Let’s Talk About UI Design…
User Interface design is more concentrated than UX. Where UX design is more focused on the actual product, the copy and terminology, colours and shapes, branding etc. UI design is totally focused on the software interface.
A UX designer might design general designs for a broad range of mobile screens and various platforms, however, a UI designer will dedicate himself for example to the layout and design for one interface, for example just one content management system such as WordPress.
This can be hugely beneficial as it means they have focused on mastering that specific interface, rather than just your average ‘web designer’.
UI designers are not extremely worried about UX research study and user-centred issues, however, they are worried about the integration of the User Interface. UI designers are normally required to understand how to execute styles in interactive prototyping tools, as well as in the language or tools in which that specific application is being developed.
As I previously mentioned about how UX designers are typically needed to wear a lot of hats, the very same can be stated for UI designers.
User Experience and User Interface are so typically combined since, in lots of businesses, the very same designers are doing both tasks. They might concentrate on one part at a time, depending on their workflow… however, they’re all doing all the work.
This is the truth of the UX/UI design industry.
These days, both groups are carrying out exactly the same work and anybody who wishes to get a job in this industry should have experience doing both, interchangeably.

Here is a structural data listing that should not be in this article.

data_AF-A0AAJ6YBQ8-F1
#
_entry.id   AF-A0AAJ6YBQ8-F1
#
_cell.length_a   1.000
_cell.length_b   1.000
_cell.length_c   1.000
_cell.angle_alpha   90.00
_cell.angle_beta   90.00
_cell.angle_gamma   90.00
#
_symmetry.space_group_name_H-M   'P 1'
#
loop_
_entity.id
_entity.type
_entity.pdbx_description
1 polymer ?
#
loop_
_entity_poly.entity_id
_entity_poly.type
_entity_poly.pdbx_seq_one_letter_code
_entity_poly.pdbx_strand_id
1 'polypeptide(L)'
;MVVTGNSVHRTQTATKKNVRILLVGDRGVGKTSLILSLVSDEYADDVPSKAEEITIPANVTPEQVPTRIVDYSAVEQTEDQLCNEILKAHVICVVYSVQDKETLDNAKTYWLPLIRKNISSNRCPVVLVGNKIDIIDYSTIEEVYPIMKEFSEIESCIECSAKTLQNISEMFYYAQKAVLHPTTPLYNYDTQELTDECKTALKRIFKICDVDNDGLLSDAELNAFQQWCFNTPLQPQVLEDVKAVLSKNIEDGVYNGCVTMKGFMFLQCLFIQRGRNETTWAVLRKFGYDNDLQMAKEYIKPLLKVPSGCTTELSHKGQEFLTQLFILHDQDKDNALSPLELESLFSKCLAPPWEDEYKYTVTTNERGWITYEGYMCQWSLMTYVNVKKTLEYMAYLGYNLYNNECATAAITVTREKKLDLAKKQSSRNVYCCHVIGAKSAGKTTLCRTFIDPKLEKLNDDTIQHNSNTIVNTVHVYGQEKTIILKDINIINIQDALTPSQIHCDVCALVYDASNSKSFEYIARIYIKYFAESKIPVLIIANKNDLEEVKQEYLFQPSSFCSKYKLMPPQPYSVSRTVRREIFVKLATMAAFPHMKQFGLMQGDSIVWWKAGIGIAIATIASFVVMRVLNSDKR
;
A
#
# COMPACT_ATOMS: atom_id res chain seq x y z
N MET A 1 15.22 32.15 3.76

A good UX/UI designer is required to understand all of the above. Particularly research study, testing, branding, attractive design, motion and interactive patterns, prototyping, and how to create UI’s for numerous target platforms and screen sizes.
A good portfolio for a freelancer or an employee will go a long way. No matter where an aspiring UX/UI hopes to focus within the industry or what interface they are using they should be working towards a portfolio prepared for presenting to Apple or Google. They should be a journey for the visitor, with stunning UX, visual design, and optimised for mobile, tablet, and desktop.
Tips for if You’re Just Starting Out as a Freelance UX/UI Designer:
1. Don’t be afraid of being a jack-of-all-trades early on in your journey. Just focus on doing what you love, learning and helping people solve problems.
2. Don’t stay a jack-of-all-trades for too long, you may end up being a master of none! Find your way.
3. If you maintain a broad skillset that incorporates all areas of UI and UX and exercises them and keeps up to date, you are going to be a huge asset to any business.
Conclusion: UX Design is More Psychological and Emotional
User Experience and User Interface design are often confused, used interchangeably and overlap each other.
Most UX designers are also UI designers and vice versa. I believe the most accurate conclusion is that while both inhabit much of the very same area… UX is more psychological, focusing on and closer to humans. UI is more related to the integration of the application.